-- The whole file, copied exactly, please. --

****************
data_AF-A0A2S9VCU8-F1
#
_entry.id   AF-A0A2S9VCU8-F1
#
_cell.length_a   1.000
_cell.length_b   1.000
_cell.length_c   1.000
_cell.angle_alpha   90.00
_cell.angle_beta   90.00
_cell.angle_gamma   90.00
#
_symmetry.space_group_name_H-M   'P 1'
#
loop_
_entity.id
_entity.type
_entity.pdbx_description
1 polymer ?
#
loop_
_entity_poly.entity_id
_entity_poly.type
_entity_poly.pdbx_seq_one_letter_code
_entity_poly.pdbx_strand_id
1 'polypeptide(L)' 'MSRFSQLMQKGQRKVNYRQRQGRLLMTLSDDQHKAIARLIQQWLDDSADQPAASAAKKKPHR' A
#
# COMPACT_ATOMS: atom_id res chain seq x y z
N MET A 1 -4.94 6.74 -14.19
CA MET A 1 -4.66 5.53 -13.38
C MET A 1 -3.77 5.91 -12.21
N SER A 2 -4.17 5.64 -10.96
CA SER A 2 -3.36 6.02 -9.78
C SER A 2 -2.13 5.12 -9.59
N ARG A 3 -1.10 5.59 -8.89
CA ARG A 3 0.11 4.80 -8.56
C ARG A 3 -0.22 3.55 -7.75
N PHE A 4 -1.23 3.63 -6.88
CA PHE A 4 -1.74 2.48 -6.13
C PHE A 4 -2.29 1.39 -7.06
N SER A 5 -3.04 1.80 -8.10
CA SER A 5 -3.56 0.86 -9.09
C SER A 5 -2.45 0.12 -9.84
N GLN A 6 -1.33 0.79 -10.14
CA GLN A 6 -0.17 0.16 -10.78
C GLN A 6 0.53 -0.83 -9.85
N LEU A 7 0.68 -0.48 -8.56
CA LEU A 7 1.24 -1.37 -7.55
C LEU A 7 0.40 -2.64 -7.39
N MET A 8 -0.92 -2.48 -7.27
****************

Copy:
data_AF-A0A2S9VCU8-F1
#
_entry.id   AF-A0A2S9VCU8-F1
#
_cell.length_a   1.000
_cell.length_b   1.000
_cell.length_c   1.000
_cell.angle_alpha   90.00
_cell.angle_beta   90.00
_cell.angle_gamma   90.00
#
_symmetry.space_group_name_H-M   'P 1'
#
loop_
_entity.id
_entity.type
_entity.pdbx_description
1 polymer ?
#
loop_
_entity_poly.entity_id
_entity_poly.type
_entity_poly.pdbx_seq_one_letter_code
_entity_poly.pdbx_strand_id
1 'polypeptide(L)' 'MSRFSQLMQKGQRKVNYRQRQGRLLMTLSDDQHKAIARLIQQWLDDSADQPAASAAKKKPHR' A
#
# COMPACT_ATOMS: atom_id res chain seq x y z
N MET A 1 -4.94 6.74 -14.19
CA MET A 1 -4.66 5.53 -13.38
C MET A 1 -3.77 5.91 -12.21
N SER A 2 -4.17 5.64 -10.96
CA SER A 2 -3.36 6.02 -9.78
C SER A 2 -2.13 5.12 -9.59
N ARG A 3 -1.10 5.59 -8.89
CA ARG A 3 0.11 4.80 -8.56
C ARG A 3 -0.22 3.55 -7.75
N PHE A 4 -1.23 3.63 -6.88
CA PHE A 4 -1.74 2.48 -6.13
C PHE A 4 -2.29 1.39 -7.06
N SER A 5 -3.04 1.80 -8.10
CA SER A 5 -3.56 0.86 -9.09
C SER A 5 -2.45 0.12 -9.84
N GLN A 6 -1.33 0.79 -10.14
CA GLN A 6 -0.17 0.16 -10.78
C GLN A 6 0.53 -0.83 -9.85
N LEU A 7 0.68 -0.48 -8.56
CA LEU A 7 1.24 -1.37 -7.55
C LEU A 7 0.40 -2.64 -7.39
N MET A 8 -0.92 -2.48 -7.27